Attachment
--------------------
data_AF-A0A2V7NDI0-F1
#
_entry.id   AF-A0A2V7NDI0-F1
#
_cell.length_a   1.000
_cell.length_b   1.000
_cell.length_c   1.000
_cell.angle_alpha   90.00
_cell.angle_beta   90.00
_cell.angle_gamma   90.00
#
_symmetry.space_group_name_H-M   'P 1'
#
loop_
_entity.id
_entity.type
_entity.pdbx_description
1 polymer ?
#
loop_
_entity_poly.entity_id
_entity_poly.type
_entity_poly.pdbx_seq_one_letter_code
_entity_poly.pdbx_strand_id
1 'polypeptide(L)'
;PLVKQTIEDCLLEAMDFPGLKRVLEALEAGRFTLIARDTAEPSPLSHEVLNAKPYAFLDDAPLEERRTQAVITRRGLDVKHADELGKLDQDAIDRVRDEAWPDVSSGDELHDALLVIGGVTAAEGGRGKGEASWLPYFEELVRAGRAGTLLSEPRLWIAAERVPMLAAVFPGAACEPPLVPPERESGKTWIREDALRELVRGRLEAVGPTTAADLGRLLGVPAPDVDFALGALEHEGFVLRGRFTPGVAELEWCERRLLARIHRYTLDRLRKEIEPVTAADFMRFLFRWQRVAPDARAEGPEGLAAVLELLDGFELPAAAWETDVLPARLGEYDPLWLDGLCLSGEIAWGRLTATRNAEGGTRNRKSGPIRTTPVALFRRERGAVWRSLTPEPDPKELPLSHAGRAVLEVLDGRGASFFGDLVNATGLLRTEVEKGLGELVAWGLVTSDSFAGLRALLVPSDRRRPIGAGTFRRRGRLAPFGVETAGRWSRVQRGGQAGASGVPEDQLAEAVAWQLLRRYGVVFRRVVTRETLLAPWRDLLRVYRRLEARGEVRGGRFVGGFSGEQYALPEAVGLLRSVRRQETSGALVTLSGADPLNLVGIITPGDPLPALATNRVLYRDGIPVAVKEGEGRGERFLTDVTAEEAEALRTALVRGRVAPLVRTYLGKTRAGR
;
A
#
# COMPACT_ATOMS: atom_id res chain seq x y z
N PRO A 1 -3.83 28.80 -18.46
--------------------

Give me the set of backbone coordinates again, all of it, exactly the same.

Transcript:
data_AF-A0A2V7NDI0-F1
#
_entry.id   AF-A0A2V7NDI0-F1
#
_cell.length_a   1.000
_cell.length_b   1.000
_cell.length_c   1.000
_cell.angle_alpha   90.00
_cell.angle_beta   90.00
_cell.angle_gamma   90.00
#
_symmetry.space_group_name_H-M   'P 1'
#
loop_
_entity.id
_entity.type
_entity.pdbx_description
1 polymer ?
#
loop_
_entity_poly.entity_id
_entity_poly.type
_entity_poly.pdbx_seq_one_letter_code
_entity_poly.pdbx_strand_id
1 'polypeptide(L)'
;PLVKQTIEDCLLEAMDFPGLKRVLEALEAGRFTLIARDTAEPSPLSHEVLNAKPYAFLDDAPLEERRTQAVITRRGLDVKHADELGKLDQDAIDRVRDEAWPDVSSGDELHDALLVIGGVTAAEGGRGKGEASWLPYFEELVRAGRAGTLLSEPRLWIAAERVPMLAAVFPGAACEPPLVPPERESGKTWIREDALRELVRGRLEAVGPTTAADLGRLLGVPAPDVDFALGALEHEGFVLRGRFTPGVAELEWCERRLLARIHRYTLDRLRKEIEPVTAADFMRFLFRWQRVAPDARAEGPEGLAAVLELLDGFELPAAAWETDVLPARLGEYDPLWLDGLCLSGEIAWGRLTATRNAEGGTRNRKSGPIRTTPVALFRRERGAVWRSLTPEPDPKELPLSHAGRAVLEVLDGRGASFFGDLVNATGLLRTEVEKGLGELVAWGLVTSDSFAGLRALLVPSDRRRPIGAGTFRRRGRLAPFGVETAGRWSRVQRGGQAGASGVPEDQLAEAVAWQLLRRYGVVFRRVVTRETLLAPWRDLLRVYRRLEARGEVRGGRFVGGFSGEQYALPEAVGLLRSVRRQETSGALVTLSGADPLNLVGIITPGDPLPALATNRVLYRDGIPVAVKEGEGRGERFLTDVTAEEAEALRTALVRGRVAPLVRTYLGKTRAGR
;
A
#
# COMPACT_ATOMS: atom_id res chain seq x y z
N PRO A 1 -3.83 28.80 -18.46